Your brain is the seat of pain management and learning.
Your body is the library that stores are how we emotionally react in a crisis.
Beginning Jan. 10. 2017 at 5:30 PM PST. Mary Wolken coach and stress relief specialist will introduce you to the secrets of the:
Wolken Pain Relief System.
It can help you:
Research has shown that no matter how good our memory is. It isn’t strong enough to recall old events or trauma in full detail. So what are we actually remembering? More important when we think about or tell some one about what happened, the brain edits the original event slightly with each time it is retold.
Think about that for a minute.
Each time it’s remembered our brain and our emotional attachment to the event grows stronger connections between brain cells called neurons. These circuitry get embedded in our brain cells through repetition.
According to Karim Nader PhD, a neuroscientist at McGill University in Montreal says “it maybe impossible for humans or any other animal to bring a memory to mind without altering it in some way”1.
So what we recall, plus or minus a slight change, our story is born. The “story” can create excuses for doing or not doing something. Pain or emotional overload can become the roots of a deeply hidden driver behind the pain story. Often times, the more often we think about the pain the story deepens so does the pain.
The brain is such an amazing programmable computer. Whatever the brain focuses is on tells the thinking and emotional systems of the brain what messages to send to the body. So, if you focus on pain the pain increases.
Experiment: Look at the image of the bridge at the right. If you focus on the trees, you don’t see the details of the bridge or water rushing below the bridge.
Knowing you are guarding the injury site and uncovering why you are doing it can begin to soften the neuro-emotional objections you have developed to releasing the old trauma at the site of injury.
The two ways that are helping tonight are visualization and singing.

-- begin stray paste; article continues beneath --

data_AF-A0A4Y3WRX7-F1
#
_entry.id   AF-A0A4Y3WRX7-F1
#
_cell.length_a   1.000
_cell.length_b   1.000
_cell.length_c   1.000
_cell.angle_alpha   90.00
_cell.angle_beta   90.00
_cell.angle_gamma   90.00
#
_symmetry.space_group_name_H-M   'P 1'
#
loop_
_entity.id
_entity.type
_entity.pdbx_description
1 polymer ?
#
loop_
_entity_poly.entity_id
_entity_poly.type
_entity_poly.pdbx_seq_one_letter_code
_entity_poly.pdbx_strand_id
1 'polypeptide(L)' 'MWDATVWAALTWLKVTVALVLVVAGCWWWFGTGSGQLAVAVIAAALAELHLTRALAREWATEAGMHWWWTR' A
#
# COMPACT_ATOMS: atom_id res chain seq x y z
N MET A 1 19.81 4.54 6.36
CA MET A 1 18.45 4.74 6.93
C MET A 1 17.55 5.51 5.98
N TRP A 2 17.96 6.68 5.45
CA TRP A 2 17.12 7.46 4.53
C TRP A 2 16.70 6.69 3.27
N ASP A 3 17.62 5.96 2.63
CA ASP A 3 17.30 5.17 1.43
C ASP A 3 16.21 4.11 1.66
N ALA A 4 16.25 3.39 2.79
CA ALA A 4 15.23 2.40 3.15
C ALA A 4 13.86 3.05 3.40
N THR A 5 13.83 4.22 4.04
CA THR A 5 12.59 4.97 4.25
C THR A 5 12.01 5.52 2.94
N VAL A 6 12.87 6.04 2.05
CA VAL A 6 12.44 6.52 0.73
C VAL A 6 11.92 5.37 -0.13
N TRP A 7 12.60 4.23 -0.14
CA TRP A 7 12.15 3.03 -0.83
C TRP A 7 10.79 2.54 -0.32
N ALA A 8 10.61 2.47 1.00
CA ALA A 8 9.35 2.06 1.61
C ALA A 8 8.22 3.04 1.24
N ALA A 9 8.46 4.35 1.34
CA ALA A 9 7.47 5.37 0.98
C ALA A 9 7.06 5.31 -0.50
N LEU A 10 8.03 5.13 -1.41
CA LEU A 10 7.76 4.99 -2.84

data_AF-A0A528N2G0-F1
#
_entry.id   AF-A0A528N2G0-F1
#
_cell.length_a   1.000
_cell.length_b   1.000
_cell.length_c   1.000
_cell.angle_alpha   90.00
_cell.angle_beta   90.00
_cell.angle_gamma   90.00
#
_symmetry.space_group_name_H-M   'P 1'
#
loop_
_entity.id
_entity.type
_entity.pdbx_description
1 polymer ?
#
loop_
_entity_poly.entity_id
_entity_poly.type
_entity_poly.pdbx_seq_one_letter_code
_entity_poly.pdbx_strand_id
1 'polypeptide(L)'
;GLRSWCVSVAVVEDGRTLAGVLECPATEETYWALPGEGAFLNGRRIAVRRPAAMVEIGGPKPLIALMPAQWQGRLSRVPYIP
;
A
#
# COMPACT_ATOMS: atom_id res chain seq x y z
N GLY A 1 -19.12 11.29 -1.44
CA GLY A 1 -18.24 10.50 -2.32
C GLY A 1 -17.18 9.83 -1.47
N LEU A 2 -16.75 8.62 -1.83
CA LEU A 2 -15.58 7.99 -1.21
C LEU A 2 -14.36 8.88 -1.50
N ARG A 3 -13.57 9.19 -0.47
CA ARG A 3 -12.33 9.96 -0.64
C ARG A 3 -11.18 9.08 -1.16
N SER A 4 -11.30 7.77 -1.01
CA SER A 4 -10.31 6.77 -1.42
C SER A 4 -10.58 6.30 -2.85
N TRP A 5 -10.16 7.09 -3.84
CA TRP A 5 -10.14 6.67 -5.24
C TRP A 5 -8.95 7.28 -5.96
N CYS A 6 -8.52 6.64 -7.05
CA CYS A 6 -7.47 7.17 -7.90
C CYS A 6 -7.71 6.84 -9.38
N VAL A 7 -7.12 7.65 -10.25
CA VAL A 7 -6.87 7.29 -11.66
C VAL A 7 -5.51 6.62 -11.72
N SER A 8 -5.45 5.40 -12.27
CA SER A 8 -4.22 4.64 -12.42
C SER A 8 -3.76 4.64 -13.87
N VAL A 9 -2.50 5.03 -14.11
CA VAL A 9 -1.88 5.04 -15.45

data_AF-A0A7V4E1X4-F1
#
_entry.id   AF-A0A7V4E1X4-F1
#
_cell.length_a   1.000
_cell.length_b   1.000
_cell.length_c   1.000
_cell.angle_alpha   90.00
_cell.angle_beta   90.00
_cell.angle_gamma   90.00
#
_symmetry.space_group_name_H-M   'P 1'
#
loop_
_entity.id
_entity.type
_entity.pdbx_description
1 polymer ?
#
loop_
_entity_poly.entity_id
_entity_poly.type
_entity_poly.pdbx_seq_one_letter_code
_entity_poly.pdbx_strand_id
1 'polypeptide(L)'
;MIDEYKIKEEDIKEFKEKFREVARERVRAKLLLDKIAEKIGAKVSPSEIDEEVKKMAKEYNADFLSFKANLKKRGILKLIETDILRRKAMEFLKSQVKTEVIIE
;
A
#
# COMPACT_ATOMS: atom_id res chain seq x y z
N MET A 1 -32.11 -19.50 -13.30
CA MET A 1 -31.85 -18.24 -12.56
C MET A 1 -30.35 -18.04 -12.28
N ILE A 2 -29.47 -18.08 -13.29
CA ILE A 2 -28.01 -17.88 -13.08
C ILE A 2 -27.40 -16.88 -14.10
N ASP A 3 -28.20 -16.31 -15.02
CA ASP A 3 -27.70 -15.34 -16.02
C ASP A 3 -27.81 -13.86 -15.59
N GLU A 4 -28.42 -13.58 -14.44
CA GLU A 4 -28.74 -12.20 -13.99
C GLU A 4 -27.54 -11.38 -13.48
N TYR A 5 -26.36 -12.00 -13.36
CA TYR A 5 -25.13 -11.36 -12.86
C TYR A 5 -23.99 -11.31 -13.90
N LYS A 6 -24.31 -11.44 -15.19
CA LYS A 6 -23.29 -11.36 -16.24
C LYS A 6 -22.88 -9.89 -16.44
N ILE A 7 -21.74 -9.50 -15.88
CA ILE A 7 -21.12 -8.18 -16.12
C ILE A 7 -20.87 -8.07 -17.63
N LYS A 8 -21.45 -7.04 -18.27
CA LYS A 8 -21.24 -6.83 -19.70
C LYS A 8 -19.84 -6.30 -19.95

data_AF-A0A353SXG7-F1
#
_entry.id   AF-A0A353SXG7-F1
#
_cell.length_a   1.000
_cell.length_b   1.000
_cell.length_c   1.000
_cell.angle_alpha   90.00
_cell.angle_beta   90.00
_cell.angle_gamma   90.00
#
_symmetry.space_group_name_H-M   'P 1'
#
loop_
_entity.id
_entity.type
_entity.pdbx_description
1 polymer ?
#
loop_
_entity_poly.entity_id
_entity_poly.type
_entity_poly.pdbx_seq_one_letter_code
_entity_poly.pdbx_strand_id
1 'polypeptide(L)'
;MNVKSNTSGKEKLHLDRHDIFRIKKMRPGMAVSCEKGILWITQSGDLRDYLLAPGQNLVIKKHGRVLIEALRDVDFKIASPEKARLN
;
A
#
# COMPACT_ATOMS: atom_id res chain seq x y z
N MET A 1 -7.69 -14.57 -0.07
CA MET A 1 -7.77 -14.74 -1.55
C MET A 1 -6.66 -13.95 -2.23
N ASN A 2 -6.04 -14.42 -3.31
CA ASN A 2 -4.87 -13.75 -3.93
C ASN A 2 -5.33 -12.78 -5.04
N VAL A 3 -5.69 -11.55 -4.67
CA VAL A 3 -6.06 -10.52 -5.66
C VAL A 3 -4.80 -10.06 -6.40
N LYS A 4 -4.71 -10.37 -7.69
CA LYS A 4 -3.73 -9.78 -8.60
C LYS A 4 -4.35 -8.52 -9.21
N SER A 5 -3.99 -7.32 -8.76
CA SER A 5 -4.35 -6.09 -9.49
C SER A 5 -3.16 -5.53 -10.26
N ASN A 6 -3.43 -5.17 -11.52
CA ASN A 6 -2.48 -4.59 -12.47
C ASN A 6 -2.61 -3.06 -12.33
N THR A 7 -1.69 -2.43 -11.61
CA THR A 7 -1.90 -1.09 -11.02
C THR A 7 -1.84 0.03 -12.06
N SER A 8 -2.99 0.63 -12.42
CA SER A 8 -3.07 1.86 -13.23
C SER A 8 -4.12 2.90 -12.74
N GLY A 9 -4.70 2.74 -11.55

To protect my tightened muscles and tendons in my shoulders, I began rounding the shoulders.
Take a deep belly breath. Then squeeze and release the shoulder blades while tightening the belly. Then relax the shoulders -keep your chin straight and release your breath through your nose.
Knowing that reaction pattern was set in place and then continually repeated every time I bumped, slipped or sat over a computer.
*Lay down on your back with your head and spine resting on a rolled rug on the floor (or on your bed if floor is too challenging)
*Practice creating snowmen
**Begin with arms at your sides and move them comfortably and slowly (on your breath) upward until you begin to feel your muscles start to resist. Return to stating position and repeat. Feels freeing and reminds me of playing in the snow as a kid.
Results I could extend my arms upward easier now and I realized that there was a strong emotion coming to the surface. I finally realized I was breaking free !
If you would like me to help you find a gentle way to retrain your body and be healthy and free, contact Mary Wolken PhD through the Pain Away link on this page.
PS. If you have noticed that the dates on this post is not two days after the previous post -great observation! The observations are accurate for day 6 results.
So I’m averaging 2 to 3 heat and vibrational therapy treatments daily and the acute pain in my shoulder is waning. PT (physical therapist) checked it today and feels I just over did my new stretching exercises, I had temporarily added to my daily routine. I’m at the point where I’m chomping at the bit to get to “normal” functioning. I know slow and steady wins the race. Baah!
As you to probably experienced, add too much of a load and your body will scream for relief. Know what I mean? So I have 1 exercise to do -a reach and stretch and can do shoulder rotations but take it easy. Now if you are like me going slow was never part of my makeup. It has to be perfect to right? Heat has been a God sent gift.
Do ask questions and I’ll do my best to answer them. Comments welcome.